Former Microsoft exec declares it's "a post-PC world"

Steven Loeb · March 7, 2012 · Short URL:

Ozzie: 'We stop referring to them as PCs, we refer to them as other things'

With the launch of the new iPad tablet today, and with sales projections that are enormous, many are wondering just how much life the PC has left in it.  That is of course if the PC isn't already dead, which is what a former top executive at Microsoft is declaring. 

"People argue about 'are we in a post-PC world?'. Why are we arguing? Of course we are in a post-PC world," Ray Ozzie, a former top executive at Microsoft, is quoted as saying Wednesday at a technology conference run by tech blog GeekWire in Seattle. 

Ozzie was Chief Technical Officer, and then Chief Software Architect, a role he took over from Bill Gates, between 2005 and 2010.

Of course, what Ozzie said should not be news to anyone paying attention, but it is remarkable to hear it come out of the mouth of a man who worked so high up in the company that essentially made PCs a household item.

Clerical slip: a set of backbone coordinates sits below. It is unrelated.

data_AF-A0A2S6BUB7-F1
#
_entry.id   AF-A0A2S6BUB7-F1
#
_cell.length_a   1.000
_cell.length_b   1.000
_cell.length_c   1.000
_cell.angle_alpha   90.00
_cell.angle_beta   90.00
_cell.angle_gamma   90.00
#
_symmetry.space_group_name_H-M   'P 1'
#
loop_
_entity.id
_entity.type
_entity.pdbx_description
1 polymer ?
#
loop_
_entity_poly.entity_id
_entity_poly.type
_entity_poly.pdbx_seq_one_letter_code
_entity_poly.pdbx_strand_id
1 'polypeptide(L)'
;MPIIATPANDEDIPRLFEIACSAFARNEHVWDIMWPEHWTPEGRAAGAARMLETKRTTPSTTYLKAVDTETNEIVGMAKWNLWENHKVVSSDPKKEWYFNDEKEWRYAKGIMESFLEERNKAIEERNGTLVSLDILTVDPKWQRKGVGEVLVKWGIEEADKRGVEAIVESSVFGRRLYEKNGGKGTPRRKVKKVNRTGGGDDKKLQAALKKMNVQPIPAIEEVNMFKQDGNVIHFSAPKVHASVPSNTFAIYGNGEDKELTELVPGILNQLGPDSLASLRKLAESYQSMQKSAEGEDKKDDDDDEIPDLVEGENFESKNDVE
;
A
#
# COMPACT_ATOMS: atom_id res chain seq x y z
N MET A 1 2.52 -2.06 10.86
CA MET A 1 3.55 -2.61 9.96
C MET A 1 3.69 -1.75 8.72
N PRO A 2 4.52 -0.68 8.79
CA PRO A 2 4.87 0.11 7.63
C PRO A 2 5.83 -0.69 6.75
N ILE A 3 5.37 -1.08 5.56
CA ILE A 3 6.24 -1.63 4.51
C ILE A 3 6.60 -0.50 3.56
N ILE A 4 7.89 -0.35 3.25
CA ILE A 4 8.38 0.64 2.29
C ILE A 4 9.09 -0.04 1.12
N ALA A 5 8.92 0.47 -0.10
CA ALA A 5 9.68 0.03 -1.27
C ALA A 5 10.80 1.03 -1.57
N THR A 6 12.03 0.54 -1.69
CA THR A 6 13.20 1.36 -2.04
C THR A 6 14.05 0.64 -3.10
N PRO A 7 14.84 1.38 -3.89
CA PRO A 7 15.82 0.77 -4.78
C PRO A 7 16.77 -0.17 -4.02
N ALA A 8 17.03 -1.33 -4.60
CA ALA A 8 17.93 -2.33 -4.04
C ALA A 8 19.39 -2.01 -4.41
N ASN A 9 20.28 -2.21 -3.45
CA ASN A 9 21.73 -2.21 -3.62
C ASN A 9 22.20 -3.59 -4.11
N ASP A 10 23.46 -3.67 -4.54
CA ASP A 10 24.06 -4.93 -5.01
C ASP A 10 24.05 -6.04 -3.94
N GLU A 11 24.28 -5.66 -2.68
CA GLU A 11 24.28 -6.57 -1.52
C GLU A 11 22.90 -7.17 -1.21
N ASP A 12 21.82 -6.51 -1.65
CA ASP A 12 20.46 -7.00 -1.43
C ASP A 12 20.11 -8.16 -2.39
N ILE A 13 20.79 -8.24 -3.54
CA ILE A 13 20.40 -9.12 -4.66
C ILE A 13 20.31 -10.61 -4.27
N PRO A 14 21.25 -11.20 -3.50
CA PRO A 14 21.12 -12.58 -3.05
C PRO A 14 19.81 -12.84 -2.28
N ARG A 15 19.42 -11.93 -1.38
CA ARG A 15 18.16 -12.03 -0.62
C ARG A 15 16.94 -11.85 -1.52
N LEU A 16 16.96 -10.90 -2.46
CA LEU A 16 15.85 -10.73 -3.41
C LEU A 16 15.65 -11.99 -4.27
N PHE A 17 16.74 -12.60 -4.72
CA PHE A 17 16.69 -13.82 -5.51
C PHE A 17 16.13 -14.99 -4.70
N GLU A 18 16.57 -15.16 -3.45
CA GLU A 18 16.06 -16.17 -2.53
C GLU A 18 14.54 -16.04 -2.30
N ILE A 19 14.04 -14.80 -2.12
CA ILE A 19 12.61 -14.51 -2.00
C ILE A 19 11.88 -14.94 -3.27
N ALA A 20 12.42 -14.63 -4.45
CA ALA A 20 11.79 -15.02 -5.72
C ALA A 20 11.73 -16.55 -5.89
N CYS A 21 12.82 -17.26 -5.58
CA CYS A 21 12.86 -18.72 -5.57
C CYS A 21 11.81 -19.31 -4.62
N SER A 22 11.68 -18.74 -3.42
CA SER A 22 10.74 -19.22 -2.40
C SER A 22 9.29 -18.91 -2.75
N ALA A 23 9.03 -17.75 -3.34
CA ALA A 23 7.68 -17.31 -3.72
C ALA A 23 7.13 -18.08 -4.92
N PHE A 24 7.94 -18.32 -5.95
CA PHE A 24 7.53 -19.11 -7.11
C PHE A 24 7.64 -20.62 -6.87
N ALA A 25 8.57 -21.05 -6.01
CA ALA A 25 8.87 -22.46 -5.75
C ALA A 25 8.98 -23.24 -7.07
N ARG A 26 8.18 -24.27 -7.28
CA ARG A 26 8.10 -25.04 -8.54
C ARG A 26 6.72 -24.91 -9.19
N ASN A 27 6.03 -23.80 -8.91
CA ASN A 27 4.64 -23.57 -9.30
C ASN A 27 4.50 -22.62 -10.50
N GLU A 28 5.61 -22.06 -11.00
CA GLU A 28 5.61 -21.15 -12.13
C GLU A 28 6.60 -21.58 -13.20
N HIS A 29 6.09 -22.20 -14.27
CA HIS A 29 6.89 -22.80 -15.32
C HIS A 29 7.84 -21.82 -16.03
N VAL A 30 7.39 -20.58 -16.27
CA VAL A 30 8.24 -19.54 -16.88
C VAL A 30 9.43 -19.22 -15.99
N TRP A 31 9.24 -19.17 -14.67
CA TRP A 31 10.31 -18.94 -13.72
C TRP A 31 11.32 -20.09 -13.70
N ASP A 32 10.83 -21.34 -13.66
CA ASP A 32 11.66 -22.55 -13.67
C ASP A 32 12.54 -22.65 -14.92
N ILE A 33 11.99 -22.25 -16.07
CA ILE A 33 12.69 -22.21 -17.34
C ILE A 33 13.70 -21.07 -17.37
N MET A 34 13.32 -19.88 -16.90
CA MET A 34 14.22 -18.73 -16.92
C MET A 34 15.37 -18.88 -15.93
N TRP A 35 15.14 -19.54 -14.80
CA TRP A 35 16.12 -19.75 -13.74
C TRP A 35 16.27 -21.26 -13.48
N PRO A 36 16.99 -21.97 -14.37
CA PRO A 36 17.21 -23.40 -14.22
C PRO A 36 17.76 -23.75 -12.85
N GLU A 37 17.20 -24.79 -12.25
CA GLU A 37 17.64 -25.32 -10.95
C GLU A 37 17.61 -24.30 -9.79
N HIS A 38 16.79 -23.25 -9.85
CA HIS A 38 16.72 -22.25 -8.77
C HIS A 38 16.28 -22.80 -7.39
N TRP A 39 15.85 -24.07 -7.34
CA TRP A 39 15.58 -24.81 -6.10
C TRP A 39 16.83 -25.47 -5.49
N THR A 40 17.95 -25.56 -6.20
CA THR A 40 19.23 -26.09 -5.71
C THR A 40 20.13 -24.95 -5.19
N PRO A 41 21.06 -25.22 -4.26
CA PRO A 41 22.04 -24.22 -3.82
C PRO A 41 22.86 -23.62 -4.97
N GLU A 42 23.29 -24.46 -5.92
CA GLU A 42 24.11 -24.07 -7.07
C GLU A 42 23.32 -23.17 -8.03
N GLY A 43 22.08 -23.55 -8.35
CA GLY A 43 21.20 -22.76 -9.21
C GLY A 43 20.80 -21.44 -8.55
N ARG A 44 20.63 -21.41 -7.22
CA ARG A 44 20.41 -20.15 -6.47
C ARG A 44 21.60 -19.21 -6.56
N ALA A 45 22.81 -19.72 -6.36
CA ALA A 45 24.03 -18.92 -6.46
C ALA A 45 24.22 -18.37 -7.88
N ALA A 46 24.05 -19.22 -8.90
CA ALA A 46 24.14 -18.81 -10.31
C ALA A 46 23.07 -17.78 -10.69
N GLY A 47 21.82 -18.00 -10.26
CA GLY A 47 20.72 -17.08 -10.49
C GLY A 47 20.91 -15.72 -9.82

Ozzie did not write the PC off completely, adding, "That doesn't mean the PC dies, that just means that the scenarios that we use them in, we stop referring to them as PCs, we refer to them as other things.”

He put the future of the Microsoft on the shoulders of its new upcoming operating system. 

"If Windows 8 shifts in a form that people really want to buy the product, the company will have a great future." 

PC sales limping along

Sales of PCs are projected to have grown 3.8% in 2011, lower than an earlier projection of 9.3%, according to a Gartner report. And while PC sales were supposed to be brisk at 12% this year, the outlook isn't so positive. PC sales are estimated to grow 11% this year. 

Meanwhile Gartner is projecting tablets to grow to be as much as 60% of the sales of the PC by 2015, with the iPad taking up nearly half of those sales.

Tablets have a long way to go before they can catch up to sales of the PC, but it is more a question of if, rather than when. It seems like a lifetime ago when Apple and Microsoft were fighting for dominance in the technology market. Apple might have just delivered the knockout blow.

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